America - Front
America - Back
By Dan Carreras 13th Mar 2018 | 2,339 views
The original Q.U.B.E., which launched over six years ago, was a welcome delight to the world of the puzzle platformer. While it skirted a little too close to the formula Portal had invented a few years prior to its release, Q.U.B.E. clearly made something of a dent in the genre, going on to release on multiple platforms and selling well enough to warrant a sequel - Q.U.B.E. 2.
Q.U.B.E. 2 gets off to a running start, presenting the player with some narrative that sets up the story of why you’ll be exploring a brand new puzzle cube. It makes for a great first impression, doubly so given the criticism that was levelled at the first game for its lack of narrative. The game then falls into a familiar pattern - you’ll solve a puzzle, explore a little bit while receiving dialogue in the form of radio communication, and then move onto the next puzzle.
This gameplay loop fits the game well, and makes for some interesting set pieces as you encounter new objects and pretty environments, all while characters are extolling exposition about what they believe is happening, or their own personal struggles within this new puzzle cube.
I won’t get into the specifics of the story because I don't want to spoil anything, but I'm happy to report that, overall, Q.U.B.E. 2 does a brilliant job of bringing the few characters it introduces to life, and does it while telling a somewhat original story. Most of the dialogue is essential to conveying the narrative, much as it is in the series that inspired Q.U.B.E. - Portal. Over the course of the game's six or so hour running time you’ll find that there are multiple sides to each character's story, which is partly what gives them so much depth despite the fact you never really see them.
Graphically, it’s odd to say this, but I never thought a game that mostly consists of simple cubes would ever look this good. All of the textures and shading throughout are wonderful, and a huge amount of attention to detail has clearly gone into the design of the game world. It helps that the developers at Toxic Games have ensured that, despite the pristine corridors which are somewhat reminiscent of a science lab, no surface is ever simply flat or bland, with cubes protruding from walls all over the place, adding texture to an otherwise sparse and sterile world.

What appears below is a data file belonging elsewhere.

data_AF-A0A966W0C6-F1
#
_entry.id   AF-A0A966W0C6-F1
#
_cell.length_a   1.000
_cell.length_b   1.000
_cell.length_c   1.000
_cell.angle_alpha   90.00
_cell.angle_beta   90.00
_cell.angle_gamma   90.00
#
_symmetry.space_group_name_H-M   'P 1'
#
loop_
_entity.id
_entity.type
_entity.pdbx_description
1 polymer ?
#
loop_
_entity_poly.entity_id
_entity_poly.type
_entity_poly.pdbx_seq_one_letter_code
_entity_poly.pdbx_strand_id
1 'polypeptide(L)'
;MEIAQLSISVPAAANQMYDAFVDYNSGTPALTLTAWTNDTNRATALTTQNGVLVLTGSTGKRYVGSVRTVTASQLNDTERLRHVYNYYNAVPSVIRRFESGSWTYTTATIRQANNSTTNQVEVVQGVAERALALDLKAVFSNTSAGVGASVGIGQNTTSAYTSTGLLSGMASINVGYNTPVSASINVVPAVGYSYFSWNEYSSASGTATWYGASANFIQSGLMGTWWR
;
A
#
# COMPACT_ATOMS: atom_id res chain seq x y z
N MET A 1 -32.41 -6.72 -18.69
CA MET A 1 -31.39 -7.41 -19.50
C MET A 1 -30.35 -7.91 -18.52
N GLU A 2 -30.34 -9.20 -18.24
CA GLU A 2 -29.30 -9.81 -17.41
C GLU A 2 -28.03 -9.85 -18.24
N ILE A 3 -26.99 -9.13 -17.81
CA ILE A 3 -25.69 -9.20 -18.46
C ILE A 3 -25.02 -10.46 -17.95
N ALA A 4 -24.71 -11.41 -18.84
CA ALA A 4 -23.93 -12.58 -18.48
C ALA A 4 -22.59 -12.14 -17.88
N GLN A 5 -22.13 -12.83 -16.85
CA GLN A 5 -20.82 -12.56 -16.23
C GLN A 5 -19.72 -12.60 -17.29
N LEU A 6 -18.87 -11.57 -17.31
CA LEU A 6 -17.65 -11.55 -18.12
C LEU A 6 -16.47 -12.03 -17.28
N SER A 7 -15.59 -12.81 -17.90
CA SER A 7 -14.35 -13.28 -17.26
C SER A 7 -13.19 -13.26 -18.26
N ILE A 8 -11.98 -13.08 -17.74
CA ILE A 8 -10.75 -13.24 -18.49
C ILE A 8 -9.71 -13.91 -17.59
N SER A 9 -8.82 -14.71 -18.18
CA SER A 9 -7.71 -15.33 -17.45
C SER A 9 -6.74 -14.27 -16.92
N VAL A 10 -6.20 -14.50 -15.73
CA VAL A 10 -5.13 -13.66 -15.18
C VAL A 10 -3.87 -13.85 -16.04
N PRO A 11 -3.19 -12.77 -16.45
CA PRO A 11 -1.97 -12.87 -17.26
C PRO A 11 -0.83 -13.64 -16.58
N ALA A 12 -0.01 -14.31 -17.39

You gain three powers over the course of the game, allowing you to turn the white cubes in the environment into any one of three colours - blue, green, or red. Each of these colours grants the cube that's changed a key attribute - blue cubes bounce whatever is placed on top of them, green ones create new cubes that can then move around the environment, and red cubes are able to protrude into the environment. The combination of these three cubes makes for some varied puzzles throughout the campaign.
For the most part these puzzles are pretty simplistic and there's only one way to solve them, which means you'll rarely be left scratching your head or feeling a great sense of accomplishment upon completion. For example, early on in the game you’ll only have access to two colours - blue and red - which means that most of these early rooms simply require you to bounce on a cube on the floor (blur) and create footholds to reach higher platforms (red).
Things change a lot in the latter portions of the game, however. By that stage you're required to use what you've learnt to come up with new and ingenious ways of overcoming puzzles; ones which often require the use of oil and fire. These additional puzzle elements help to raise the difficulty quite a bit, but they come very late in the day - I'd estimate that around 80% of the game involves simple puzzles and only the final 20% introduces some trickier sections.
And while overall Q.U.B.E. 2 is a strong follow-up to the first game, there are also other drawbacks. The level designs, for example, are very repetitive and rely on many of the same assets from puzzle to puzzle. The development team has tried to be mitigate this feeling of repetition by the occasional use of derelict cubes, or ones overrun with flora, but for the most part the environments become stale by the end of the campaign. And the music, too, isn’t exactly very interesting - after completing the game I was hard-pressed to remember any of the tracks.
Q.U.B.E. 2 succeeds in improving upon the original in an iterative if not revolutionary way - the graphics are stronger, there's an actual story now with fleshed out characters, and there are some new (and at times interest) puzzle concepts, but the low difficulty level and sense of repetition certainly limit the game.